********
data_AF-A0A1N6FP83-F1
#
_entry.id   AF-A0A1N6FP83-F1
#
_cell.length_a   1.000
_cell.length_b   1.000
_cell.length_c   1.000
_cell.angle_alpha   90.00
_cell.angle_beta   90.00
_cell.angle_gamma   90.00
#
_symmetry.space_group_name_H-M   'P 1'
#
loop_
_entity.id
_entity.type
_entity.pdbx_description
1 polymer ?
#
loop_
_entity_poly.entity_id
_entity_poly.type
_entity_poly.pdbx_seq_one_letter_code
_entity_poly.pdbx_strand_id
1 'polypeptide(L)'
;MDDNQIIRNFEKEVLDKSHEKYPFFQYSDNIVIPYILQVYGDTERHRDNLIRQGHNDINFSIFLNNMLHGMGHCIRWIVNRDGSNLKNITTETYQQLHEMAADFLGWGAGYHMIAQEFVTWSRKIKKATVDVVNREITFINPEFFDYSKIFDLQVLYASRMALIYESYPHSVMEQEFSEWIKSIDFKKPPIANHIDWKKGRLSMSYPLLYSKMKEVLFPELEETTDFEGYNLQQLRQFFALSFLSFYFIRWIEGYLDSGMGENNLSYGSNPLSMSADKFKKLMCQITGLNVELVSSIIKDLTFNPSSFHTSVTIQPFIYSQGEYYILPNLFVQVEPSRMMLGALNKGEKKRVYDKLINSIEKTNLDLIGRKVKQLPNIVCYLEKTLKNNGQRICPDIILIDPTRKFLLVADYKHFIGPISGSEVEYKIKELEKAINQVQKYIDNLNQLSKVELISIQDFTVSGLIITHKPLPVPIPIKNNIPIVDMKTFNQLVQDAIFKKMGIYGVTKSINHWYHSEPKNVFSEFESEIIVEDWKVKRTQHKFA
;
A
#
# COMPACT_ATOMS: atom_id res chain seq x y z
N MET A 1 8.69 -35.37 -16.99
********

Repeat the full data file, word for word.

data_AF-A0A1N6FP83-F1
#
_entry.id   AF-A0A1N6FP83-F1
#
_cell.length_a   1.000
_cell.length_b   1.000
_cell.length_c   1.000
_cell.angle_alpha   90.00
_cell.angle_beta   90.00
_cell.angle_gamma   90.00
#
_symmetry.space_group_name_H-M   'P 1'
#
loop_
_entity.id
_entity.type
_entity.pdbx_description
1 polymer ?
#
loop_
_entity_poly.entity_id
_entity_poly.type
_entity_poly.pdbx_seq_one_letter_code
_entity_poly.pdbx_strand_id
1 'polypeptide(L)'
;MDDNQIIRNFEKEVLDKSHEKYPFFQYSDNIVIPYILQVYGDTERHRDNLIRQGHNDINFSIFLNNMLHGMGHCIRWIVNRDGSNLKNITTETYQQLHEMAADFLGWGAGYHMIAQEFVTWSRKIKKATVDVVNREITFINPEFFDYSKIFDLQVLYASRMALIYESYPHSVMEQEFSEWIKSIDFKKPPIANHIDWKKGRLSMSYPLLYSKMKEVLFPELEETTDFEGYNLQQLRQFFALSFLSFYFIRWIEGYLDSGMGENNLSYGSNPLSMSADKFKKLMCQITGLNVELVSSIIKDLTFNPSSFHTSVTIQPFIYSQGEYYILPNLFVQVEPSRMMLGALNKGEKKRVYDKLINSIEKTNLDLIGRKVKQLPNIVCYLEKTLKNNGQRICPDIILIDPTRKFLLVADYKHFIGPISGSEVEYKIKELEKAINQVQKYIDNLNQLSKVELISIQDFTVSGLIITHKPLPVPIPIKNNIPIVDMKTFNQLVQDAIFKKMGIYGVTKSINHWYHSEPKNVFSEFESEIIVEDWKVKRTQHKFA
;
A
#
# COMPACT_ATOMS: atom_id res chain seq x y z
N MET A 1 8.69 -35.37 -16.99